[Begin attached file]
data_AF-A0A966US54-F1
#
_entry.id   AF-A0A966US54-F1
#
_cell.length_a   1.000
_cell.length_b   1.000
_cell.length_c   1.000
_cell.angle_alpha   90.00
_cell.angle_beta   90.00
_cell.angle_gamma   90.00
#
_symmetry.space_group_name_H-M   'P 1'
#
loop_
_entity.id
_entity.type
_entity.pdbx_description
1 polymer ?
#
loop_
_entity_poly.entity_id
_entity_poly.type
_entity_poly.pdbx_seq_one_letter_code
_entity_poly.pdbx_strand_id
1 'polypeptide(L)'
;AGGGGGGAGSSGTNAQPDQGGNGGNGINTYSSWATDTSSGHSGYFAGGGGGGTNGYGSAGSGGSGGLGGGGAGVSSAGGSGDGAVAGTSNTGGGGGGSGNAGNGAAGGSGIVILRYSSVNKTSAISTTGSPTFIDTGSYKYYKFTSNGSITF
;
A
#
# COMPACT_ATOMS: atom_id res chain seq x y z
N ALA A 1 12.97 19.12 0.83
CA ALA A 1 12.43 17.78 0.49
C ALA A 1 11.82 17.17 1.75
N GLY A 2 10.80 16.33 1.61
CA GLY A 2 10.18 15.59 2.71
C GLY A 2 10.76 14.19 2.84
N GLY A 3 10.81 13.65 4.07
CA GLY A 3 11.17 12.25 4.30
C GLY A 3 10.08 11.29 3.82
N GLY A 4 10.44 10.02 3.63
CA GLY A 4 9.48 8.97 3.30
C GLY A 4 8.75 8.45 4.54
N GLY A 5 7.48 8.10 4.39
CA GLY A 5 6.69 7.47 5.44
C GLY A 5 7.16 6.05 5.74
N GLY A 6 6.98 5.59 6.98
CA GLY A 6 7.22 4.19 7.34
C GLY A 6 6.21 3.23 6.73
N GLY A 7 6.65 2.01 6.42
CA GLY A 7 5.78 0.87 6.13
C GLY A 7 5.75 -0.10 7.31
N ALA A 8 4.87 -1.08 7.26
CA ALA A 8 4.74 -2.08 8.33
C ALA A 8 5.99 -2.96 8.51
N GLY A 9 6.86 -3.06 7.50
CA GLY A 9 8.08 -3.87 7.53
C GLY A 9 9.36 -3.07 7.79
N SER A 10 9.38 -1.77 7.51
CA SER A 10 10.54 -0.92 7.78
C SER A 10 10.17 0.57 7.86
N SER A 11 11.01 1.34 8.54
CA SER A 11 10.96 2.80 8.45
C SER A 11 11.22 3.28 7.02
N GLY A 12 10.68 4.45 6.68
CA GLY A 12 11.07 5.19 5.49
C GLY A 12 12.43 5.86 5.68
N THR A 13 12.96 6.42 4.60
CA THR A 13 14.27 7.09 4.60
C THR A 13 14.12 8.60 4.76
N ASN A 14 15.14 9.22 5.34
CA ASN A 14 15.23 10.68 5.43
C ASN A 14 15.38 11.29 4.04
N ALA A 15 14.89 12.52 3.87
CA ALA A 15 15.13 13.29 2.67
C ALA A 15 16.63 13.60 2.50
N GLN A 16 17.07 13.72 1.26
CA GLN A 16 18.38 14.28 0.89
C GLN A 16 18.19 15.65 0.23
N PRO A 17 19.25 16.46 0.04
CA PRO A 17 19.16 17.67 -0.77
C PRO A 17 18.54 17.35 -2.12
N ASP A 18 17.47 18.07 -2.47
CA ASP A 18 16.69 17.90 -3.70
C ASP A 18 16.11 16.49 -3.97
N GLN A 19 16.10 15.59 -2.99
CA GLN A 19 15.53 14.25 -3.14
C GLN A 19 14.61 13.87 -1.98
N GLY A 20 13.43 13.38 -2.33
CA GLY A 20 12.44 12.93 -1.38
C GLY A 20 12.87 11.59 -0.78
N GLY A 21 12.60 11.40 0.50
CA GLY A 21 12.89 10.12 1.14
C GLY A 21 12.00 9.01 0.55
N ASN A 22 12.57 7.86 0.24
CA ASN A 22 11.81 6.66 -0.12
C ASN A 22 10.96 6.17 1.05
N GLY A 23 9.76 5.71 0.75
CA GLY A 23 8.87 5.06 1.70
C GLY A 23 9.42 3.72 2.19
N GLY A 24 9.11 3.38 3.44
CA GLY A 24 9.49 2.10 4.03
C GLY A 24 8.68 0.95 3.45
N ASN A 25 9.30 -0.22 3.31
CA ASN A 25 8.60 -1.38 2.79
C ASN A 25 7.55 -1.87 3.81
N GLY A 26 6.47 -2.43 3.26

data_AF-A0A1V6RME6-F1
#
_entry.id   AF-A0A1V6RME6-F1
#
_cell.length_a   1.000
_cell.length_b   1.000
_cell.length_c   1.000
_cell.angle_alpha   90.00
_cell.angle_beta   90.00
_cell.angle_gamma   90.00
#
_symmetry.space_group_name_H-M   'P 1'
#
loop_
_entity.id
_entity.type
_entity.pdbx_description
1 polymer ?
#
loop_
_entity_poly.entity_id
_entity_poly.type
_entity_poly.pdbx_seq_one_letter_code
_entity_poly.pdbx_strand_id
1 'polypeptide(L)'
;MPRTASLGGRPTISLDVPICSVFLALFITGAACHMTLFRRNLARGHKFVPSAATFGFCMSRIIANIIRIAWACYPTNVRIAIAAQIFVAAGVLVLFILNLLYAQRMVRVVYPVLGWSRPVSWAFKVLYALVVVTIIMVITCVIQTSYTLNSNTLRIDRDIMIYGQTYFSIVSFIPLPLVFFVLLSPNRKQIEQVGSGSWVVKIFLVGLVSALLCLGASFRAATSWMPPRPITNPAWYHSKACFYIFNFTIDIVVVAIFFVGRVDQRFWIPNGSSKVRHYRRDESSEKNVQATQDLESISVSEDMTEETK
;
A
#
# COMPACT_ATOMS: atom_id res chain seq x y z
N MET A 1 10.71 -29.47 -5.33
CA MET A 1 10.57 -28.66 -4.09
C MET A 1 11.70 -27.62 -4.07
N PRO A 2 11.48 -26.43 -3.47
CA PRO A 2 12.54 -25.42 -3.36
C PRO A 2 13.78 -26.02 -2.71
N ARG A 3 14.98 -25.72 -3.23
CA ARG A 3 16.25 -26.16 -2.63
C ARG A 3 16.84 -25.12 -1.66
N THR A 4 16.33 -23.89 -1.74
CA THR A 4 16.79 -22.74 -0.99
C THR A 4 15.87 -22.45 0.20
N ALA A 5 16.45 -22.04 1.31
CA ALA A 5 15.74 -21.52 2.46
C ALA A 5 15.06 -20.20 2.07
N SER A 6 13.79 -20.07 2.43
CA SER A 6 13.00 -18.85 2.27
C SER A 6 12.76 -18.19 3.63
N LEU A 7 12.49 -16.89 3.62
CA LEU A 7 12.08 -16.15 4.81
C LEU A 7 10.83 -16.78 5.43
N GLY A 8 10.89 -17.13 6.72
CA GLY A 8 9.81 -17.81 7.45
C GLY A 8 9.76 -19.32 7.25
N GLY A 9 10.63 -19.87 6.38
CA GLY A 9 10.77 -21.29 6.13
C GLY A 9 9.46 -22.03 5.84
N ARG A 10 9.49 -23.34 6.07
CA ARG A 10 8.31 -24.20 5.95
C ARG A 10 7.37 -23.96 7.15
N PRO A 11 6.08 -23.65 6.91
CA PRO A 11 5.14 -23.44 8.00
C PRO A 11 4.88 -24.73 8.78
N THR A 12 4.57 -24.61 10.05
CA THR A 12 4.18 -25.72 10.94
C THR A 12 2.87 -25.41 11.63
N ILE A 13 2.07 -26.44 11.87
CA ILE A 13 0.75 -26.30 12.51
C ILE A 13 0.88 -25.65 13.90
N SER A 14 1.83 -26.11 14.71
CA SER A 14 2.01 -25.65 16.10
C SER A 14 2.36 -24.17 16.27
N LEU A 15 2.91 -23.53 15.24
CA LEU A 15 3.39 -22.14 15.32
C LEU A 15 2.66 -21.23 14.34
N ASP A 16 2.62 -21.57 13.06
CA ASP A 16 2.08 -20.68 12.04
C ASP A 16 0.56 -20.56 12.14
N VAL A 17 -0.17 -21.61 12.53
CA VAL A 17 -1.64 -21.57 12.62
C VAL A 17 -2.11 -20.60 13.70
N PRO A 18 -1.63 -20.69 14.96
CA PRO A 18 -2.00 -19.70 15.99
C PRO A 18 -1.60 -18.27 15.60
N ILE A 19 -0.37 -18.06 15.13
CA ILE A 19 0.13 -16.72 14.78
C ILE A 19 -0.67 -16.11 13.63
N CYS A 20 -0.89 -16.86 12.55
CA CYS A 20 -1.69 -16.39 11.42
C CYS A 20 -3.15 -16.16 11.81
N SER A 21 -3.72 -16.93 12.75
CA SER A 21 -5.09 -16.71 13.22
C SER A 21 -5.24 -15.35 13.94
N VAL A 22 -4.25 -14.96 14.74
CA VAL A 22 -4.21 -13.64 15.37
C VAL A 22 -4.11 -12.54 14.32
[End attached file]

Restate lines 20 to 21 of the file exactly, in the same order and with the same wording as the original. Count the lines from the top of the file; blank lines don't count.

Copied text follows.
loop_
_entity_poly.entity_id